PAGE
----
Police, community better partners in fighting crime

Perhaps the most hopeful news from the press conference Tuesday about the work of Lexington's Violent Crimes Task Force these last few months is that people in the affected neighborhoods have begun to share information with the police.

Throughout the fall, as the community reacted to a string of shootings and city officials hustled to respond, a consistent theme has been the challenge law enforcement officials face in getting cooperation from people who might know something about the crimes.

"It appears that they don't want police involved, or they want to handle it themselves," police Commander Kelli Edwards said on Oct.12.

"It's hard as heck to tell on somebody knowing that you're going to see them in five minutes," Corey Dunn, a former volunteer for a gang-prevention program in Lexington and friend of one of the slain men, said later that same month.

By Tuesday, when Mayor Jim Gray and Police Chief Ronnie Bastin held a news conference to report the task force's impressive results — 20 fugitives tracked down, 50 arrests, two dozen firearms seized, 94 criminal and traffic citations — that uneasy relationship had begun to change.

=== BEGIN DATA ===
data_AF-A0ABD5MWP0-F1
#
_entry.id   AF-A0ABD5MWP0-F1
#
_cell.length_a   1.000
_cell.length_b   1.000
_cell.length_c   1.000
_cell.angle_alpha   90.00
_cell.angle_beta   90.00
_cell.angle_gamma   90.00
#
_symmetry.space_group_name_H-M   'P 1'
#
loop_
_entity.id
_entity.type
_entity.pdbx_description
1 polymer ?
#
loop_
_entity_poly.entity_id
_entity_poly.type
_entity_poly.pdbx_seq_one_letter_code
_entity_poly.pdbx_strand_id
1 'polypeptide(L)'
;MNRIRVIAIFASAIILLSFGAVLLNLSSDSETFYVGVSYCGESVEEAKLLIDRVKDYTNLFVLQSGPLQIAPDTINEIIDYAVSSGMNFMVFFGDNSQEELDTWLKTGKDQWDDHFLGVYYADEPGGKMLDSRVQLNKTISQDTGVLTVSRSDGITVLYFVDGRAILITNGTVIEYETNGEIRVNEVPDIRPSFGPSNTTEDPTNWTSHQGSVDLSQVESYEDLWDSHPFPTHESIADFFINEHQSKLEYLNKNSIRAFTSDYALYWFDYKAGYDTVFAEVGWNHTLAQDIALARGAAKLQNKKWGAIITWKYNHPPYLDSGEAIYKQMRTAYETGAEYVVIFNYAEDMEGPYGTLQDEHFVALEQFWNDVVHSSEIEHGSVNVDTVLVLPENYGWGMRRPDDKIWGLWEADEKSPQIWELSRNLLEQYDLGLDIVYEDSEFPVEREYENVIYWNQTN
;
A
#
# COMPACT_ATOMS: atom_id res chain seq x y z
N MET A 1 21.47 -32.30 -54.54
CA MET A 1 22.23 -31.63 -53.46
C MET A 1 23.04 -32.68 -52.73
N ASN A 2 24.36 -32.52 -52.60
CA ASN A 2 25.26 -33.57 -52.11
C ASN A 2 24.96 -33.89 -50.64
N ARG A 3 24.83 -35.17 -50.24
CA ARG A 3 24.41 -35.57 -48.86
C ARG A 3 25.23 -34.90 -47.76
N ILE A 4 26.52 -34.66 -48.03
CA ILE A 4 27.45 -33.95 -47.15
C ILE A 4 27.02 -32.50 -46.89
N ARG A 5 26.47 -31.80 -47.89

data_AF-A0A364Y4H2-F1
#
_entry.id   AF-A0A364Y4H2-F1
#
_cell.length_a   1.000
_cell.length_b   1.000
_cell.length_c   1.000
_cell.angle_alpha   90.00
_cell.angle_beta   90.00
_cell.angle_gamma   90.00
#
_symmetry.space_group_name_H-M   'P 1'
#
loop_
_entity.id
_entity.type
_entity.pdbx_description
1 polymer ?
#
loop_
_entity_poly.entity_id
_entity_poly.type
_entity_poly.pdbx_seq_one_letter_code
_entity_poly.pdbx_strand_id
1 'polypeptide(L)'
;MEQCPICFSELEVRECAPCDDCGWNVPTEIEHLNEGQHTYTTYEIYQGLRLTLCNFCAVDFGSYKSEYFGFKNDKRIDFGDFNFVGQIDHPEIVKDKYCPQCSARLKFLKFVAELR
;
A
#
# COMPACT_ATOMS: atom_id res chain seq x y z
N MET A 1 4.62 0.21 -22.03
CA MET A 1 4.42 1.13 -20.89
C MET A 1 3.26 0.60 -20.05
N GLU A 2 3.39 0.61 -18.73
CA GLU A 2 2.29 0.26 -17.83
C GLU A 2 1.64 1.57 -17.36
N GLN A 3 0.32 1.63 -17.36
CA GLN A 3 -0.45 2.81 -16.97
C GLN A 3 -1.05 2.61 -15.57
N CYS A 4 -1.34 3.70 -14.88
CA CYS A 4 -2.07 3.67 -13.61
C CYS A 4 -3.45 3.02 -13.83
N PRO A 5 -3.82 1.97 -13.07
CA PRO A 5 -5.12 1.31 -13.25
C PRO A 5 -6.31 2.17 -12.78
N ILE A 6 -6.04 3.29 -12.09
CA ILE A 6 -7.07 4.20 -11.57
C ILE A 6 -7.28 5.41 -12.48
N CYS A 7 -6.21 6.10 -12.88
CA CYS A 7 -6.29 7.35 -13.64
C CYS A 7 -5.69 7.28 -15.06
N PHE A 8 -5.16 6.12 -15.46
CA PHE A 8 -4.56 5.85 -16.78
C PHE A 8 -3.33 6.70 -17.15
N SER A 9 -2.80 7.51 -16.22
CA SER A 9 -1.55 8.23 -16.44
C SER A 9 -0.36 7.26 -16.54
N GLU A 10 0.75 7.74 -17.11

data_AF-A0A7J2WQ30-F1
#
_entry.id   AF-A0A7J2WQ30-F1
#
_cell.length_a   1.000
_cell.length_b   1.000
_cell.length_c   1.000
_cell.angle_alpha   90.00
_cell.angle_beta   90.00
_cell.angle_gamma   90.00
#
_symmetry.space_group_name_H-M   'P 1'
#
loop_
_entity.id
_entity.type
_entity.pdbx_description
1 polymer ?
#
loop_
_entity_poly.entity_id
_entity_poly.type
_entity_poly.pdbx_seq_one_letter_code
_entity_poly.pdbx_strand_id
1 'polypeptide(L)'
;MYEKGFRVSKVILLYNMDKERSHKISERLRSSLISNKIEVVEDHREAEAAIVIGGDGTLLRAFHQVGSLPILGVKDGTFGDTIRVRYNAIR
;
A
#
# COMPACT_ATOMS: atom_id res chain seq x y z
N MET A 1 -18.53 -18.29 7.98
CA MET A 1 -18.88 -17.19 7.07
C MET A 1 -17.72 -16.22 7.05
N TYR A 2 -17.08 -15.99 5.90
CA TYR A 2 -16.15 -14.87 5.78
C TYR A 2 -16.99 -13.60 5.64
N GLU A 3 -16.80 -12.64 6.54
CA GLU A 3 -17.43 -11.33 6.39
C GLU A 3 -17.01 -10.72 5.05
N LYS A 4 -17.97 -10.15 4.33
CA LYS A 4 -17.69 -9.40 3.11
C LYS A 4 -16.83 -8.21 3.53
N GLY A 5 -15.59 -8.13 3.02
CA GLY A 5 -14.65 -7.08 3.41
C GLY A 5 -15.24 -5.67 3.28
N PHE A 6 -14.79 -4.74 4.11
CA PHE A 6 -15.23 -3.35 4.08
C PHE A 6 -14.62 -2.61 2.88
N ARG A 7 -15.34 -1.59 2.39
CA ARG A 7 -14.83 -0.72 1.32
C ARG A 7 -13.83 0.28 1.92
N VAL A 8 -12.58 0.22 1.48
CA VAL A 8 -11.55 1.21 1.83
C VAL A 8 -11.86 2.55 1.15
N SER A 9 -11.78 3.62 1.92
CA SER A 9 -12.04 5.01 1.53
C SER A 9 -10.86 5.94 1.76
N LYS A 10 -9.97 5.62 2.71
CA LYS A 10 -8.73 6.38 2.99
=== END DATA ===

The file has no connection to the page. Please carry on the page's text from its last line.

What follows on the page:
"People did begin to come forward and we received much more information," Bastin said.

This is not surprising. Among the observations police shared Tuesday were that many of the crimes were drug related and most of the victims in the shootings had some sort of relationship with their attackers before the crime took place. Presumably, other people in the neighborhoods knew them, too.

When law-abiding citizens see criminals in their neighborhood much more often than they see police the self-preservation message is pretty clear.

So, the hard, comprehensive work of the task force was a great first step toward creating a new relationship between law enforcement officers and the affected communities.

The question is, where do we go from here? Or, which relationship will survive long term?

Both the city and the affected communities must build on this hopeful beginning to establish a relationship that could battle the poverty and hopelessness that provide fertile ground for drug abuse and the crime it gives rise to.

District 1 councilman Chris Ford, who represents several of the neighborhoods affected by the recent violence, saw the council's approval, also Tuesday, of plans to re-open the Charles Young Community Center as a commitment to a larger relationship between the city and the East End neighborhoods.

We agree, and we urge residents and leaders to advocate for these neighborhoods and nurture this new, hopeful relationship.